As many of us adjust to social distancing and working from home, EDIT Lab postdoc Shannon shares her tips for staying physically and mentally healthy during the COVID-19 outbreak.
Hygiene – Wash your hands! Avoid touching your face! COVID-19 spreads from person to person through droplets from coughing and sneezing entering the respiratory system. Hygiene is crucial in keeping these droplets off your hands and away from your nose/mouth.
“Hygiene is crucial.”
Stay hydrated – All viruses and bacteria love a dehydrated system. Keep drinking the water and flush the nasties out of your body.
Food – Eat healthy, nutritional food. Research has looked into micronutrient intake (vitamins and minerals) and has linked this to the severity of symptoms in certain virus attacks. Have your carbs, your fats, your proteins and, most importantly, your fruit and veggies. Keep up with the vitamin C and keep taking medication or supplements if you usually do.
Remedies – Personally, I’ve been boiling up some whole chopped ginger and 1-2 lemons (sliced) with some water. You can drink this warm or cold. It may be a wives’ tale, but these are well known home remedies for cold and flu-related viruses, and ginger has been a known anti-inflammatory for centuries.
Keep moving – There are lots of free online home workouts going around at the moment, for example via Youtube, MadFit and Yoga with Adriene. If you can go for an isolated walk, do so. If you usually work out, keep doing so unless you feel unwell.
Keep your house well ventilated – Viruses and bacteria like stuffy, damp enclosed spaces. Open a window in the house for at least half an hour. If you’re working from home and it’s warm enough, open all the windows when you wake up and set a 30 minute timer. For some fresh air, go for an isolated walk (obviously not with all the windows open!). Even get out on your balcony or garden if you have one.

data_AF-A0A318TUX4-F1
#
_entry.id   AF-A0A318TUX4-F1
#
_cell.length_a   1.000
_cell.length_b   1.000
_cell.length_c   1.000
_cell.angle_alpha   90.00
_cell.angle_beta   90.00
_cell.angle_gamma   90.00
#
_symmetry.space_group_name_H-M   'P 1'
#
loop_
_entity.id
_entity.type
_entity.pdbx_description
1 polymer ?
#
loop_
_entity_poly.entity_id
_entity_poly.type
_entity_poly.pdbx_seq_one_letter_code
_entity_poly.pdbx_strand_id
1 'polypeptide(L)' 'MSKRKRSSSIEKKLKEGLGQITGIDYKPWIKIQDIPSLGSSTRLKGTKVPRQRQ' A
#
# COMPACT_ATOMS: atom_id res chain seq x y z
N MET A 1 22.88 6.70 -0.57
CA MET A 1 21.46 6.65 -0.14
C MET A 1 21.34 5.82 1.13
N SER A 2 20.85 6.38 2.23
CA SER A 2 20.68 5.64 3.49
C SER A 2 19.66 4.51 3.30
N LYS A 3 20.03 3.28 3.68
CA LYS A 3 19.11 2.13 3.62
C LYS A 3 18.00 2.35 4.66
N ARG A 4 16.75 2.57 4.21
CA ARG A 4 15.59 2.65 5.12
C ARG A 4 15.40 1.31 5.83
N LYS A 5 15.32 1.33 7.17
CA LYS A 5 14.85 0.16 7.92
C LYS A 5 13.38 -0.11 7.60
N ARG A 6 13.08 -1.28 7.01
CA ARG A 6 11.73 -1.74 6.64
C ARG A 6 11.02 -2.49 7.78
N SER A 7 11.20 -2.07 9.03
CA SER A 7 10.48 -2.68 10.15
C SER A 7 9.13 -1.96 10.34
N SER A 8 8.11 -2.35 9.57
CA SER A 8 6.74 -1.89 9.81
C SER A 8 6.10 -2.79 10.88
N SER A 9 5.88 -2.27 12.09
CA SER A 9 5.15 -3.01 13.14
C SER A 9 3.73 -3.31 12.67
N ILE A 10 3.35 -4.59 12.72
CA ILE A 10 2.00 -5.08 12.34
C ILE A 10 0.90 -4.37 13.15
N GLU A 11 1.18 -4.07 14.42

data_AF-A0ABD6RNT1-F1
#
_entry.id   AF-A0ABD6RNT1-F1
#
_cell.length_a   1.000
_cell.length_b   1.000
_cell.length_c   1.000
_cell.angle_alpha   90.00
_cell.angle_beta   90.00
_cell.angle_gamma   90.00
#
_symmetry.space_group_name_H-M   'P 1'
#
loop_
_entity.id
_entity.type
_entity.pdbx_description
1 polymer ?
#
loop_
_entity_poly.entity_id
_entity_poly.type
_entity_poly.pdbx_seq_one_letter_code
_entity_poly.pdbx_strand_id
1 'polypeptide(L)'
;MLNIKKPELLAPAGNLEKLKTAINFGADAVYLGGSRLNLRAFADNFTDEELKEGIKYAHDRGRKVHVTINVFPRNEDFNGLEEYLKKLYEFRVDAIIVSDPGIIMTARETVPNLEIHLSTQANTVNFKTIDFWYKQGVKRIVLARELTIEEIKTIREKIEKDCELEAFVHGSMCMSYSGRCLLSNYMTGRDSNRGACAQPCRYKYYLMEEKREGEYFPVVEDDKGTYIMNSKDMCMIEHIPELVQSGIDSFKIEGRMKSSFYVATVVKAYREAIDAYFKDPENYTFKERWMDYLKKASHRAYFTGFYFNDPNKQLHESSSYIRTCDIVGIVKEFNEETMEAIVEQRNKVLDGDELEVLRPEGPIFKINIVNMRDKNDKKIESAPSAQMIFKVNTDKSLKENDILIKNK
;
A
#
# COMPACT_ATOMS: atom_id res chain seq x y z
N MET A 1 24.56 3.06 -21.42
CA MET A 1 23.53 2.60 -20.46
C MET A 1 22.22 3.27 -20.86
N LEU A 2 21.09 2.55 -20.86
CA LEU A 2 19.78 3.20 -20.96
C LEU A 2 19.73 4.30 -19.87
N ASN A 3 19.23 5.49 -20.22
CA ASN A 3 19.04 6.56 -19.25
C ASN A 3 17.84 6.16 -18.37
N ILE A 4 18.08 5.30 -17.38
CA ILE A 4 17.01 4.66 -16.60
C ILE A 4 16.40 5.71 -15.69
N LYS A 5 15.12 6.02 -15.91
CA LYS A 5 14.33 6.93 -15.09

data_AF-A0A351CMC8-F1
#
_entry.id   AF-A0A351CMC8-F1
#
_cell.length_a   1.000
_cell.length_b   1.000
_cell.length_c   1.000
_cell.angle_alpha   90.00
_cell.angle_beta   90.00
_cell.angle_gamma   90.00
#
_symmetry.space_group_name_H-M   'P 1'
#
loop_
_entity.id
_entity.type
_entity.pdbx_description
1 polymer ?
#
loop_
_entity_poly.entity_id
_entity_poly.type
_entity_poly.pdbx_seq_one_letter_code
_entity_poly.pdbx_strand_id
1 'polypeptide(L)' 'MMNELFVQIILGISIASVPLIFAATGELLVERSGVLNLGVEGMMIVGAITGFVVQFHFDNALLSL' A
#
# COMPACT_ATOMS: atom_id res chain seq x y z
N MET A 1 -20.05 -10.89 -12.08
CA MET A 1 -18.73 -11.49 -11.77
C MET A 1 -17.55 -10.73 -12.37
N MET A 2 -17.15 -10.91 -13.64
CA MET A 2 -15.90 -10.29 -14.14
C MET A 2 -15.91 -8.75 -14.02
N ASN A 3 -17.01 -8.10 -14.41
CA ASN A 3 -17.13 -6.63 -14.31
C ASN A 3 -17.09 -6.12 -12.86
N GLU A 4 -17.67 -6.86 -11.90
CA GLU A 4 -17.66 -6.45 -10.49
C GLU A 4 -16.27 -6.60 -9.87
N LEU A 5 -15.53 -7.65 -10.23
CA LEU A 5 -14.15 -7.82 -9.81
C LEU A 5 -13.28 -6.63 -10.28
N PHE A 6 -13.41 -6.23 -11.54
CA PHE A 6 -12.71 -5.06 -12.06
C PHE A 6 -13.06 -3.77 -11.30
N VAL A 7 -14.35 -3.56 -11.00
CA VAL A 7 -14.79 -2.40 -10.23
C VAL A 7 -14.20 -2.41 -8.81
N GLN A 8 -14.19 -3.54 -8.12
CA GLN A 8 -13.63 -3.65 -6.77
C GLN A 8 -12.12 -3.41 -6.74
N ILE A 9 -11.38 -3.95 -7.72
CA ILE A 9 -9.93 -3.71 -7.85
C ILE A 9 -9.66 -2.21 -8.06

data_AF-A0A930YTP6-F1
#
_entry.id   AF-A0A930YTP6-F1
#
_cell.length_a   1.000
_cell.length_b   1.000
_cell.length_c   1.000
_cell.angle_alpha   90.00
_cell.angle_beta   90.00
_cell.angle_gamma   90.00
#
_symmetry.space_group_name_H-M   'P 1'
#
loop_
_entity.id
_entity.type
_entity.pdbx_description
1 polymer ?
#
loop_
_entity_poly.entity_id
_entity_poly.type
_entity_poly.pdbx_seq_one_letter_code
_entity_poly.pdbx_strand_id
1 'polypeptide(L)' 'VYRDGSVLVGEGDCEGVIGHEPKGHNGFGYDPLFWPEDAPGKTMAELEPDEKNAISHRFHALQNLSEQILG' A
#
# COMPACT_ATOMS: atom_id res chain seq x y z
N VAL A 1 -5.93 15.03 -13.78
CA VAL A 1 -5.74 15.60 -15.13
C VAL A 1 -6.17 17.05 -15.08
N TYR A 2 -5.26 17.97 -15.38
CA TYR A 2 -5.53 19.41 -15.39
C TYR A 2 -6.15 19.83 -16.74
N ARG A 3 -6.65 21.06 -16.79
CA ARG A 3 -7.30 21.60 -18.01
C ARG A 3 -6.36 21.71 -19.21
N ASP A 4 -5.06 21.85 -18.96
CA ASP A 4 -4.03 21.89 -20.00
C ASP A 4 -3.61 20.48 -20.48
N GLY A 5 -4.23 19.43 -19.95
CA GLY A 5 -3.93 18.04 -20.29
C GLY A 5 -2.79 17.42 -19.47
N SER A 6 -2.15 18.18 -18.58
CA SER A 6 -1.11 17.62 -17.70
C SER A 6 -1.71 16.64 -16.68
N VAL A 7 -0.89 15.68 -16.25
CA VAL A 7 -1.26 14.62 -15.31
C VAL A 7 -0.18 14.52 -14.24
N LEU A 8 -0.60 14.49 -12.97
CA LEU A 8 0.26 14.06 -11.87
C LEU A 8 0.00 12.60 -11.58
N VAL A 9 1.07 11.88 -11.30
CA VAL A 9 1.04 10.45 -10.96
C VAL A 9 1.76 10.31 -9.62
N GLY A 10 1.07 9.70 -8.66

“Go for an isolated walk.”
Disinfect – Disinfect commonly touched areas daily or every two days: plugs, switches, handles, phones, remotes – anything that multiple people touch. And then wash your hands with soap.
Limit the amount of change – Don’t implement any crazy lifestyle changes that might knock your body off kilter. For example, don’t implement a rigorous heavy exercise routine if you’re not used to it.
Emotional and psychological health
If you are feeling lonely – Try and find someone to video call. Don’t just text and Whatsapp, looking at someone’s face is much more effective for reducing loneliness (it lights up the fusiform face area in the brain I’ll have you know).
If you are feeling worried – Write down your fears and think of the best and worst outcomes, and how you could deal with these should they present. Having a plan always makes uncertainty less scary.
If you’re feeling sad or angry – Allow yourself some time to express and acknowledge these emotions and think about the root cause of them. Is there anything causing them that can be controlled or managed? Talk to someone, it always helps, even if you think you are being irrational. Others’ perspectives are usually quite soothing and calming, especially if they see you are distressed.
“Talk to someone, it always helps.”
If your anxiety is on hyperdrive – Cut the caffeine and alcohol (yes, you heard us correctly!). Caffeine is a stimulant and will enhance anxiety. Try herbals teas such as chamomile instead. You also don’t want to wake up wondering whether you have the symptoms of coronavirus or whether it’s just a hangover…
If you are someone who doesn’t deal with change and disruption too well – Try and create a new routine and stick to it. Make sure you plan in time for leisure activities. Maybe this is a time to learn a new craft or watch that show that you’ve never had time to before. Try and turn a negative into a positive and do things that make you happy, that you often don’t have time for.
“Try and turn a negative into a positive.”
If you are working from home – Where possible try and stick to one area, an area away from the space that you use to relax. Avoid working from your bed, or you might have trouble sleeping or working efficiently as your bed is associated with sleep and rest (hopefully).
Limit screen time – Finally, I would recommend setting a screen time limit on your phone. I’ve found myself to be obsessively scrolling through social media to quell my anxiety, but to be honest it doesn’t really help too much. Try and be present and carry out activities that are productive, helpful to yourself or others, or actually just enjoyable. There’s a lot of fake news and hype, so stay away from that. Get the knitting needles out or something.